Quantum Programming with High School Math: Part 2

Quantum Programming with High School Math: Part 2

Recap on Previous Article(s)

This article is part of a series. The earlier article is Demystify Quantum Programming with High School Math Series: Part 1 - The Qubit.

Syllabus Overview

In this article, I will introduce the Bloch sphere, which provides an intuitive visual representation of the quantum state of a qubit. This visual representation also makes it easier to appreciate how a quantum gate operation transforms the qubit state.

Although complex numbers are used in quantum mechanics (QM) linear algebra, I will limit to using real numbers in this article. As such, we will cover some gates that operate only on one qubit (also known as single-qubit gates), namely Identity (I) gate, Pauli-X (X) gate, and Hadamard (H) gate.

Bloch Sphere, A First Visit

The Bloch sphere, invented by physicist Felix Bloch, is a visual presentation of the mathematical representation of the quantum state of a quit. In technical terms, the Bloch sphere is a geometric representation of a two-level quantum mechanical system aka a qubit.

Northern and Southern Hemispheres

Diagram 1. |0⟩ and |1⟩ basis states representation in a Bloch sphere.

Recall, in Part 1, that the quantum state of the qubit |Ψ⟩ can be described as a linear combination of two complex numbers α and β, where α describes the amplitude that the qubit is in the |0⟩ state and β describes the amplitude that the qubit is in the |1⟩ state.

In Diagram 1 above, the northern hemisphere is the graphical representation of α; the southern hemisphere is the graphical representation of β. Together, both hemispheres form the Bloch sphere, which graphically represents the linear combination of α and β of one qubit.

The Three Axes

Diagram 2. x-axis, y-axis and z-axis of a Bloch sphere. The solid lines represent positive values along the axes; the dotted lines represent negative values along the axes.

Here is a quick refresher on complex numbers. A complex number consists of two parts: a real number component and an imaginary number component. Specifically, a complex number, z = a + bi, where a & b are real numbers and i is the square root of -1 . Intuitively, this implies that there are four real numbers to describe a quantum state in a qubit.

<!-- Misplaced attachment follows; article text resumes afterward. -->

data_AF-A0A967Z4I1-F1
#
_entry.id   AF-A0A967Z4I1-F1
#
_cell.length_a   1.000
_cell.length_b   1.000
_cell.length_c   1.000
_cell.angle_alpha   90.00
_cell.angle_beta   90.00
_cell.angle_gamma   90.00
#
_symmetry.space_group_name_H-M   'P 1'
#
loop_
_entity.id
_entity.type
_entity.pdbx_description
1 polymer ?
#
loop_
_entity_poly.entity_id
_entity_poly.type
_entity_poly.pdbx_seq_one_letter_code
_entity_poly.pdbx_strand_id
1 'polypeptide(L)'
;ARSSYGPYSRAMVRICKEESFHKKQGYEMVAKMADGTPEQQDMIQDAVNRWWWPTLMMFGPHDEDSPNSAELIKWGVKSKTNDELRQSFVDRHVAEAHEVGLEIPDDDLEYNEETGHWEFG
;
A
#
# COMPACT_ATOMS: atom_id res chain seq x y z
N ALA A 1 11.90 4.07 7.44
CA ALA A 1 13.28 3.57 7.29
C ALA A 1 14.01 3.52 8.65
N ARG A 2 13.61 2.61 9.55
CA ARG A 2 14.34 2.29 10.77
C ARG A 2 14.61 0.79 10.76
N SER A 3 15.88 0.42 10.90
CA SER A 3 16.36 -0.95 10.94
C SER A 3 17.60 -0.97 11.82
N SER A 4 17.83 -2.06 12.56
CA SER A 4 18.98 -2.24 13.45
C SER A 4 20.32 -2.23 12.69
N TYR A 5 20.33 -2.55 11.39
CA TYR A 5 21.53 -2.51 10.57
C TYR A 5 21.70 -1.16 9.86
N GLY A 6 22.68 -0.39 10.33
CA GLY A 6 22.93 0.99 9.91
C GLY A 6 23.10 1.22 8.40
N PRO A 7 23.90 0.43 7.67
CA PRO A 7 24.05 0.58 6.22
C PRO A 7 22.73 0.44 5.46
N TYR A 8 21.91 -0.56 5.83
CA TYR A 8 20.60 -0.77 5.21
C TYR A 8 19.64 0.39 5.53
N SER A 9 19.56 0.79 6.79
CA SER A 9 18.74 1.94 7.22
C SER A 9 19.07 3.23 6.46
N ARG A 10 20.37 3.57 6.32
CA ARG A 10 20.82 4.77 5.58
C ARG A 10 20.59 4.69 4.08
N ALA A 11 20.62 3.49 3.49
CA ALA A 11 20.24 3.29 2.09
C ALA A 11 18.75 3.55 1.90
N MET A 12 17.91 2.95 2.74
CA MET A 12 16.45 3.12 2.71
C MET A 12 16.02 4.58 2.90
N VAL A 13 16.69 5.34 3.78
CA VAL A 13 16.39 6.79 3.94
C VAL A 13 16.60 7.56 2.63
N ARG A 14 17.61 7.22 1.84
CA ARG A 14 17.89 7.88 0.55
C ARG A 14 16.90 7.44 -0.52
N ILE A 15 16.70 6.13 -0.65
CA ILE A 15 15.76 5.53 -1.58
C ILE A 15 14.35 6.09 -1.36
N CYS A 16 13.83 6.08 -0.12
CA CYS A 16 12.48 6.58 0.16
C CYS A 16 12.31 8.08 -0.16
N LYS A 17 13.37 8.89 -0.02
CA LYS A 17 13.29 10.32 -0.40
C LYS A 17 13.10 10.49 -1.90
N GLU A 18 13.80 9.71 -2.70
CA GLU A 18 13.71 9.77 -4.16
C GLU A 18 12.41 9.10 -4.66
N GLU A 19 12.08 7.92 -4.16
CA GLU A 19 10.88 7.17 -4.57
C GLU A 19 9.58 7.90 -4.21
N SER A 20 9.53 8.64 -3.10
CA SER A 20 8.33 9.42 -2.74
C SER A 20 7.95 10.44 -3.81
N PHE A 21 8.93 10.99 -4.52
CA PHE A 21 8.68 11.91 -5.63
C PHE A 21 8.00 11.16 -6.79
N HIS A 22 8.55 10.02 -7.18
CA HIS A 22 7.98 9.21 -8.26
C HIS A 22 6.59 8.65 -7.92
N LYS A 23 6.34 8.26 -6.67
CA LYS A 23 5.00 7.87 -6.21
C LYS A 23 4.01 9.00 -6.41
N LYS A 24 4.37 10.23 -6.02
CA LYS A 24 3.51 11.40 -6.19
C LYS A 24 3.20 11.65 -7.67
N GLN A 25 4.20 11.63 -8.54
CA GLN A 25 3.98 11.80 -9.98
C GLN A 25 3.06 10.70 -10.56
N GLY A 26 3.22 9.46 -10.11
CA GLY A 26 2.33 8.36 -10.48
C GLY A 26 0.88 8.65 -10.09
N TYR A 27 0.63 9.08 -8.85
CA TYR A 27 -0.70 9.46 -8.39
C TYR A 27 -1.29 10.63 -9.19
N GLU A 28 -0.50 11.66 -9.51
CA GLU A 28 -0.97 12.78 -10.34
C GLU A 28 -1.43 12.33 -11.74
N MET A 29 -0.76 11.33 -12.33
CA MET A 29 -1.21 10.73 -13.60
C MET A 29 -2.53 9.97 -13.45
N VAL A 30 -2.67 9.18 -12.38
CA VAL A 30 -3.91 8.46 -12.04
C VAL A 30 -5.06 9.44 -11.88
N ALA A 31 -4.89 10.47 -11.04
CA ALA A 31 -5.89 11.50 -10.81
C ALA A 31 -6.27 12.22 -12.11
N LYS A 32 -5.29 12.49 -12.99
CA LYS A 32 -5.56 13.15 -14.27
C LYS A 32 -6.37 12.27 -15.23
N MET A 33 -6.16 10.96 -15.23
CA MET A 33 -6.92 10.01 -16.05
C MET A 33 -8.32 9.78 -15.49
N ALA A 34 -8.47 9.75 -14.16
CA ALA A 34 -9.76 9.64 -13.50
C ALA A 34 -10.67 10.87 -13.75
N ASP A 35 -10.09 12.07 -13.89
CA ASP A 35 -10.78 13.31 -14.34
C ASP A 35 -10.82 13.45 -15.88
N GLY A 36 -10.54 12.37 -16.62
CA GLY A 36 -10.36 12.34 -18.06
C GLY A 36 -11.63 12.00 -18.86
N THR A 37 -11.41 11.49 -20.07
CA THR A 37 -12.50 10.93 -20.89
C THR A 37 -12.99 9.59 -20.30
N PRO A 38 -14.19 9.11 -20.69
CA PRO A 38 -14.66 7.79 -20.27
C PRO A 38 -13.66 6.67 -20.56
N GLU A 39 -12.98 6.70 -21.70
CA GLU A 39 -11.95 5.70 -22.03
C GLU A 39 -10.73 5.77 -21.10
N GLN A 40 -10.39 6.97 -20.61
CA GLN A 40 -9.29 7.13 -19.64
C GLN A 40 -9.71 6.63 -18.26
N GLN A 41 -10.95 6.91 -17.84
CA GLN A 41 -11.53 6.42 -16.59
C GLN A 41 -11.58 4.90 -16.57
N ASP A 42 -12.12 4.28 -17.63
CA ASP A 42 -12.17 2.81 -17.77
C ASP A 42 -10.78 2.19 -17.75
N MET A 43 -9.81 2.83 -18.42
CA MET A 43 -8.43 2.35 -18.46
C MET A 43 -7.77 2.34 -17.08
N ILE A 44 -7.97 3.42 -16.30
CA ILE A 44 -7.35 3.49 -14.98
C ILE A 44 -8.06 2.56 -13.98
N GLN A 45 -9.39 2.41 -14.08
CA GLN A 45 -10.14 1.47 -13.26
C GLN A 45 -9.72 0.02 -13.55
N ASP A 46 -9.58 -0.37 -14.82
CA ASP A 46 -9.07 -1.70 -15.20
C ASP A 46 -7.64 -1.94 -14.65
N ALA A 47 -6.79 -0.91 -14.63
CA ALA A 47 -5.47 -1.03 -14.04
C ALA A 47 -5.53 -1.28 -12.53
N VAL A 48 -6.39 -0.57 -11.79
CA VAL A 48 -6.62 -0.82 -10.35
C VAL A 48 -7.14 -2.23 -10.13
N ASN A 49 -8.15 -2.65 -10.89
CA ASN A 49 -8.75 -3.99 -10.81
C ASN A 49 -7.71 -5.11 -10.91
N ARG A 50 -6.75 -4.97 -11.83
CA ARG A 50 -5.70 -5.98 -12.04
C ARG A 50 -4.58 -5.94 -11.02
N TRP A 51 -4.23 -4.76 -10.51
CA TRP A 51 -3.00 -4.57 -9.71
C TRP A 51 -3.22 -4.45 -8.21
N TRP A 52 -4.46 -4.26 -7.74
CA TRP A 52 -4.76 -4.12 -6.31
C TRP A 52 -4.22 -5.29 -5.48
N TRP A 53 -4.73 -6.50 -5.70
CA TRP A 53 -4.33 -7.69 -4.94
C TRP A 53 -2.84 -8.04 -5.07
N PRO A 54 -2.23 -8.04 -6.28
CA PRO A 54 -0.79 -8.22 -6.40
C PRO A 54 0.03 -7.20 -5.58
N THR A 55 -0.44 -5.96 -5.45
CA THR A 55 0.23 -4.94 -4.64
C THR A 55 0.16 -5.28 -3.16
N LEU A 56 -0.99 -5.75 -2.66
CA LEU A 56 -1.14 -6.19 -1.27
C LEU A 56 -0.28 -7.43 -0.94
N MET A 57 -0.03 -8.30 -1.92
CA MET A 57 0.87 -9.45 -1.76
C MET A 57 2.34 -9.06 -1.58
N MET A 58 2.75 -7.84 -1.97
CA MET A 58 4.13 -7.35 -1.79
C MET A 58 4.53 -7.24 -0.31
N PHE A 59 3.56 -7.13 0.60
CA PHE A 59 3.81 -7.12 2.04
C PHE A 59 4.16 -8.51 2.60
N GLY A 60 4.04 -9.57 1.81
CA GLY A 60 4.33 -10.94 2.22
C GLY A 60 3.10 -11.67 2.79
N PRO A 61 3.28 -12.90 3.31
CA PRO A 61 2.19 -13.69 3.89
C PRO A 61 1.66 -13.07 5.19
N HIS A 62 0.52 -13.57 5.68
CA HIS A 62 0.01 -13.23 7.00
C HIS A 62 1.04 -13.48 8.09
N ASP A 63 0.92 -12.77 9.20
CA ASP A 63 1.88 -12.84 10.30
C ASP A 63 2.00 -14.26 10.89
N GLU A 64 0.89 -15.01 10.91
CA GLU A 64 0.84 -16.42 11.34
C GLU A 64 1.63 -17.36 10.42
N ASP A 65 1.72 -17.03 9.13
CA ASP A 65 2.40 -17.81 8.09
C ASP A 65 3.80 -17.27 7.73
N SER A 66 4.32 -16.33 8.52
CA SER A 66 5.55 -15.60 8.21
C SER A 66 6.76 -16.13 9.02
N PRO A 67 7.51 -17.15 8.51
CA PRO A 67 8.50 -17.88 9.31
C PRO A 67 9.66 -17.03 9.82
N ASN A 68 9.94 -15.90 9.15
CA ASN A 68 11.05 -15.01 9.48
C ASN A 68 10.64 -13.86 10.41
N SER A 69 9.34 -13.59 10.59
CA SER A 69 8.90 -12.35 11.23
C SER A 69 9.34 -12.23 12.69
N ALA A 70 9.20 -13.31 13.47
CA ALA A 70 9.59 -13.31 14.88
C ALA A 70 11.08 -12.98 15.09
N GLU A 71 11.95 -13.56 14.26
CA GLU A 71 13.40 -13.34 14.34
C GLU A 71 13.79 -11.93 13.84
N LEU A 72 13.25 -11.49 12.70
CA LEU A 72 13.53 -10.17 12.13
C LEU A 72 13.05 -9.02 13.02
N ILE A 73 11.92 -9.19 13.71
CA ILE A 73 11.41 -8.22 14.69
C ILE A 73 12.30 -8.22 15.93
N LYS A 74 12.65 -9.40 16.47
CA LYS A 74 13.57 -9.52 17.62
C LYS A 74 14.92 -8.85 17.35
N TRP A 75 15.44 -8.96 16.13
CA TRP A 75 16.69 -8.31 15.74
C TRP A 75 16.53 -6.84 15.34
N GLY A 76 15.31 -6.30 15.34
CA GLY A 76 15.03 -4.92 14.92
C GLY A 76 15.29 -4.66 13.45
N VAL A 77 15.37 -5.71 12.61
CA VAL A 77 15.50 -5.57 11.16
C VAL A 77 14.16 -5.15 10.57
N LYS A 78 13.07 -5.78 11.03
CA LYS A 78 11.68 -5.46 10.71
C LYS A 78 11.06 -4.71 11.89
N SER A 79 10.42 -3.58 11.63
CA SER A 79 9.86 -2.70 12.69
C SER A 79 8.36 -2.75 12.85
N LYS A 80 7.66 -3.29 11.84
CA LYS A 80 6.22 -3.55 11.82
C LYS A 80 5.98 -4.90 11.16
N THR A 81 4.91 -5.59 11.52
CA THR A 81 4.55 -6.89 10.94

However, in the context of quantum mechanics, the quantum state of a qubit can be described using only three real numbers (by factoring out the global phase from α and β), namely the amplitude of |0⟩, the amplitude of |1⟩ and the relative phase between |0⟩ and |1⟩.  These three real numbers are commonly represented in α and β as follows:

  1. α contains the amplitude of |0⟩. It is a real number that is more than or equals to zero.
  2. β contains both the amplitude of |1⟩ and the relative phase between |0⟩ and |1⟩. It is a complex number.

As a result, the quantum state of a qubit can be visually represented as a state vector in a 3-dimension Bloch sphere shown in Diagram 2 above. In case you were wondering, the x-axis represents the real part of the state vector; the y-axis represents the imaginary part of the state vector; the z-axis represents the probabilities of a qubit being observed as 0 or 1 upon measurement.

State Vector for a Coherent Qubit

Diagram 3. State vector |Ψ⟩, representing a pure state or coherent state, pointing to the surface of the Bloch sphere.

Recall, in Part 1, we briefly mentioned that when a qubit maintains quantum coherence, it possesses a valid quantum state. A valid quantum state is visually represented as a state vector pointing to the surface of the Bloch sphere with a vector length of 1 (also known as a unit vector) as shown in Diagram 3 above.

Conversely, when a qubit experiences quantum decoherence, the invalid quantum state (also known as a mixed state) is visually represented as a state vector pointing within the volume of the Bloch sphere.

Now, let us take a look at how the two basis states are visually represented in the Bloch sphere.

State Vector for Basis States of a Qubit

Diagram 4. State vector |0⟩ in a Bloch sphere.

When the qubit |Ψ⟩ is in the |0⟩ state, the state vector points to the surface of the Bloch sphere vertically upwards along the z-axis, as shown in Diagram 4 above. This state vector indicates that there is a 100% chance of observing a 0 upon measuring the qubit.

Diagram 5. State vector |1⟩ in a Bloch sphere.

When the qubit |Ψ⟩ is in the |1⟩ state, the state vector points to the surface of the Bloch sphere vertically downwards along the z-axis, as shown in Diagram 5 above. This state vector indicates that there is a 100% chance of observing a 1 upon measuring the qubit.

State Vector for Superposition States of a Qubit

Recall, in Part 1, when a qubit |Ψ⟩ is in a superposition of its basis states, both α and β have non-zero values. Visually, the state vector representing this superposition state can point to any point on the surface of the Bloch sphere except for |0⟩ and |1⟩.

If the state vector points to any point along the equator (the horizontal ellipse with dashes) on the the surface of the Bloch sphere, the qubit will have a 50% chance of observing a 0 or 1 upon measuring the qubit. 

Math for Single-qubit Quantum Gate

Recall, in Part 1, that the state of a qubit can be represented as a 2x1 vector. From now on, I will refer to this as the state vector.